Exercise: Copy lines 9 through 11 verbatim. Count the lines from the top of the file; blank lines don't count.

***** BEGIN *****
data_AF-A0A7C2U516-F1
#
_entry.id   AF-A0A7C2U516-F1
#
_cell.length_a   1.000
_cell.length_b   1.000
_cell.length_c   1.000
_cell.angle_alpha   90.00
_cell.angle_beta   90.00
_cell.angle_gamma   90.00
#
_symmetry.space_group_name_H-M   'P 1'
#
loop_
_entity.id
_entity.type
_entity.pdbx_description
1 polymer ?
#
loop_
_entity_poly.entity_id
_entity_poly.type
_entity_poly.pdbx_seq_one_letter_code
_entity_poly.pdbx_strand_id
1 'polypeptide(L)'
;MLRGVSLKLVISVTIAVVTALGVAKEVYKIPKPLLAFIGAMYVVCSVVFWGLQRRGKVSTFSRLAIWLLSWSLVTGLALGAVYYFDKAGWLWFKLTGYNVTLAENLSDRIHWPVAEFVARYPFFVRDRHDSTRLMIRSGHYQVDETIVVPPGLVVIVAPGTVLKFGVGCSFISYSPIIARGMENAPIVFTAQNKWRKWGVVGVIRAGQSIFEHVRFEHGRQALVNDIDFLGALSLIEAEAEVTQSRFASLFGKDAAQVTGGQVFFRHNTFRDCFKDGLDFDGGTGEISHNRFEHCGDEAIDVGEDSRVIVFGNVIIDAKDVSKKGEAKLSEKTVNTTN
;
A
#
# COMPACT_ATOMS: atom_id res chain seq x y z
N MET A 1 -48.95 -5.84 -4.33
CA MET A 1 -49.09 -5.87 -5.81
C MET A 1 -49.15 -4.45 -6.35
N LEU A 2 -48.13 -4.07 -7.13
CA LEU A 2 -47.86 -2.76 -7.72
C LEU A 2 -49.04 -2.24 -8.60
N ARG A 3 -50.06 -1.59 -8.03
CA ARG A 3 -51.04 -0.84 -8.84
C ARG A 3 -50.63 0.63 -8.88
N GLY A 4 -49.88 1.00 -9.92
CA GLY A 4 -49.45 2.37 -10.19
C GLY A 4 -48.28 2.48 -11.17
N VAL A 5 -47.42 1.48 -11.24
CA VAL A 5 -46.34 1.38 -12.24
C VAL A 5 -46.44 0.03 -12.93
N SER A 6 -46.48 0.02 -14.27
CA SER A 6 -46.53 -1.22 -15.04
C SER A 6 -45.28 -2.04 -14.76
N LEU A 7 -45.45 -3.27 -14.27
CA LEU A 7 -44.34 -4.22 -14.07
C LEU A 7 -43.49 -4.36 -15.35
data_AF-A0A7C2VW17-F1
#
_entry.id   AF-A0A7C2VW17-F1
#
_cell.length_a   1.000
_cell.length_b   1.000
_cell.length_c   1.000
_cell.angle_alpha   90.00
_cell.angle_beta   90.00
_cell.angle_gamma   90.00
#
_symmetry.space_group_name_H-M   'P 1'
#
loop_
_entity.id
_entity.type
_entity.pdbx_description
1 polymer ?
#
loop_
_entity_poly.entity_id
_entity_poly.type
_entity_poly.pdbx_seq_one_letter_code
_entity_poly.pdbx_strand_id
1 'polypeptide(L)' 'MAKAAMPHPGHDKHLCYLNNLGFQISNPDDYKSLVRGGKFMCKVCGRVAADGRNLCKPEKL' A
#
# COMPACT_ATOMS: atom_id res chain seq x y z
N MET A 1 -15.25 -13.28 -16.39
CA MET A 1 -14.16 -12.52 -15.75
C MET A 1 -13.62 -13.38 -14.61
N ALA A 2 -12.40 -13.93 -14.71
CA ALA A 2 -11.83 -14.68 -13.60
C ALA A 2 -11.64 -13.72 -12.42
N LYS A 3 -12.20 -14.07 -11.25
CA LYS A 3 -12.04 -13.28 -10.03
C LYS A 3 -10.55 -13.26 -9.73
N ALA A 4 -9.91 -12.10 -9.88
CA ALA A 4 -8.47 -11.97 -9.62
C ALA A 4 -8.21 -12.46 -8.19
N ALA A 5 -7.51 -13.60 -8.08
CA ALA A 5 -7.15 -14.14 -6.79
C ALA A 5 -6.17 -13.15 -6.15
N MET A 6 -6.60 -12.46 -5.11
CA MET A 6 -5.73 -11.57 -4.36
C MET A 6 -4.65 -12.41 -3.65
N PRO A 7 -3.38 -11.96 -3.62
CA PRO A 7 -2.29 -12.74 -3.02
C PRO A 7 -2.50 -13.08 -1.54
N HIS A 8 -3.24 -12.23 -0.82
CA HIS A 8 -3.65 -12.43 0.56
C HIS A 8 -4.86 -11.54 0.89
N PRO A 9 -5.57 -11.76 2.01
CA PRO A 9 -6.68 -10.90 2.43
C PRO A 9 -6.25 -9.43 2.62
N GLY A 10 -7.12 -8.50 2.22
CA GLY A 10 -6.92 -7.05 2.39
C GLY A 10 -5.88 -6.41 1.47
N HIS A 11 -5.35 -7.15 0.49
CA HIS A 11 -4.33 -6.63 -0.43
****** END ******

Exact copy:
_cell.angle_beta   90.00
_cell.angle_gamma   90.00
#